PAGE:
Over the past year, the AIDS Clinical Trials Group (ACTG) Network has experienced continued growth as evidenced by the completion of four studies, the completed accrual of seven studies and the opening to enrollment of five new studies. This progress is vital to the Network’s continued success in achieving our mission of reducing the burden of disease due to HIV/AIDS, tuberculosis and viral hepatitis. Recently, at the 2015 Annual ACTG Network Meeting, Dr. Daniel Kuritzkes, Principal Investigator and Chair of the ACTG Executive Committee presented the Year in Review.
Protocol A5245 (HPTN 052): When to Start ART Outside the US was closed to follow-up on May 3, 2015 following 312 weeks on study.
Protocol A5273: Study of Options for Second-Line Effective Combination Therapy (SELECT) was closed to follow-up on October 29, 2014 following 96 weeks on study.
Protocol A5294: Boceprevir, Interferon, Ribavirin to Treat HCV/HIV Co-infected Subjects (BIRTH) was closed to follow-up on April 15, 2015 following 76 weeks on study.
Protocol A5295: Evaluation of Xpert MTB/RIF Assay for the Rapid Identification of TB and TB Rifampin Resistance in HIV-Infected and HIV-Uninfected Pulmonary Tuberculosis Suspects was closed to follow-up on February 18, 2015 following 12 weeks on study.
Protocol A5274: Reducing Early Mortality and Early Morbidity by Empiric Tuberculosis Treatment Regimens (REMEMBER) was closed to further accrual on July 07, 2015 with a total of 786 study participants.
Protocol A5279: Short-Course Rifapentine/Isoniazid for Treatment of Latent TB in HIV-Infected Individuals was closed to further accrual on November 14, 2014 with a total of 3,000 study participants.
Protocol A5305: Novel Exploration of Therapeutics for Pre-Exposure Prophylaxis (PREP) was closed to further accrual on December 1, 2014 with a total of 410 study participants.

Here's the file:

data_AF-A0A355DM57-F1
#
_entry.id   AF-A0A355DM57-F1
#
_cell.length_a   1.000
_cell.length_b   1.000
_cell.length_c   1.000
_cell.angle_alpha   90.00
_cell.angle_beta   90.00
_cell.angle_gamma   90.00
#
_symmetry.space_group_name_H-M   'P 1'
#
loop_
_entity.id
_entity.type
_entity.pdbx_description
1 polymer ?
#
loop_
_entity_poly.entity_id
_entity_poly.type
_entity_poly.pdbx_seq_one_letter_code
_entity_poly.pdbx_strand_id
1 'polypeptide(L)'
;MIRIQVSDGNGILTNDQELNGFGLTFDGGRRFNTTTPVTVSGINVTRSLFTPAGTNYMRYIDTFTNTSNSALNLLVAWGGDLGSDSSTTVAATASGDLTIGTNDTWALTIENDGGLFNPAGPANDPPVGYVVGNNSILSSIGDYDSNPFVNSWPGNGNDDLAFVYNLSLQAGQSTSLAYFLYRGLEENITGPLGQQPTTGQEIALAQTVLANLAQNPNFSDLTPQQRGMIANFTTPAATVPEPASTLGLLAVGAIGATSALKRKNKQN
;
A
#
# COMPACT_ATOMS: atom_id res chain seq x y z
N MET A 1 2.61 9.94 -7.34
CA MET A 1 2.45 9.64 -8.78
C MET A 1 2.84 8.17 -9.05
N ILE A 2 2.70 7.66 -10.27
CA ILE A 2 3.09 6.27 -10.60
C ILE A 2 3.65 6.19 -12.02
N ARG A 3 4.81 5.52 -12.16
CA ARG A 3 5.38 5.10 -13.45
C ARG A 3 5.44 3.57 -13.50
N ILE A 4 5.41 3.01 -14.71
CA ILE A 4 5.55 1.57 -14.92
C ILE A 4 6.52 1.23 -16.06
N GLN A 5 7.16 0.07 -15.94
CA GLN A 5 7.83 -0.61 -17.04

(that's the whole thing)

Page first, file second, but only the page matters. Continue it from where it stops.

Protocol A5308: FTC/RPV/TDF on CD4 Cell Count, Inflammatory Biomarkers, T- Cell Activation and Viral Reservoir was closed to accrual on December 31, 2014 with a total of 38 study participants.
Protocol A5322: Long-term Follow-up of Older HIV-infected Adults: Addressing Aging, HIV Infection & Inflammation was closed to accrual on July 31, 2014 with a total of 1,040 study participants.
Protocol A5331: Modulation of Immune Activation by Aspirin was closed to accrual on June 30, 2015 with a total of 121 study participants.
Protocol 1077HS: HAART Standard Version of the PROMISE Study (Promoting Maternal and Infant Survival Everywhere) was closed to accrual on November 30, 2014 with a total of 829 study participants.
Protocol A5307: Essentiality of Isoniazid in Tuberculosis Therapy began accruing study participants on June 30, 2015 and is currently enrolling at two international sites.
Protocol A5312: High-Dose Isoniazid Among Adult Patients with Different Genetic Variants of INH-Resistant TB began accruing study participants on August 13, 2014 and is currently enrolling at one international site.
Protocol A5316: Evaluating Pharmacokinetic Interactions with Vaginal Ring Contraceptives and ART began accruing study participants on December 30, 2014 and is currently enrolling at 25 sites, both domestic and international.
Protocol A5331: Modulation of Immune Activation by Aspirin began accruing study participants on March 9, 2015 and is currently enrolling at 14 domestic sites.
Protocol A5342: Impact of VRC01 on HIV Persistence began accruing study participants on May 27, 2015 and is currently enrolling at 18 domestic sites.
From May 2014 to April 2015, the ACTG Network enrolled a total of 2902 study participants across all studies. To break this number down further, 2400 participants were enrolled in interventional trials, and 502 participants were enrolled in observational studies. To put the geographical expanse of these studies into perspective, it should be noted that 1865 participants were enrolled at international sites and 997 participants were enrolled at domestic sites. An additional 40 study participants were enrolled at non-ACTG sites. These impressive numbers attest to the hard work and diligence the ACTG Network has undertaken in its effort to reduce the burden of disease due to HIV/AIDS, tuberculosis and viral hepatitis.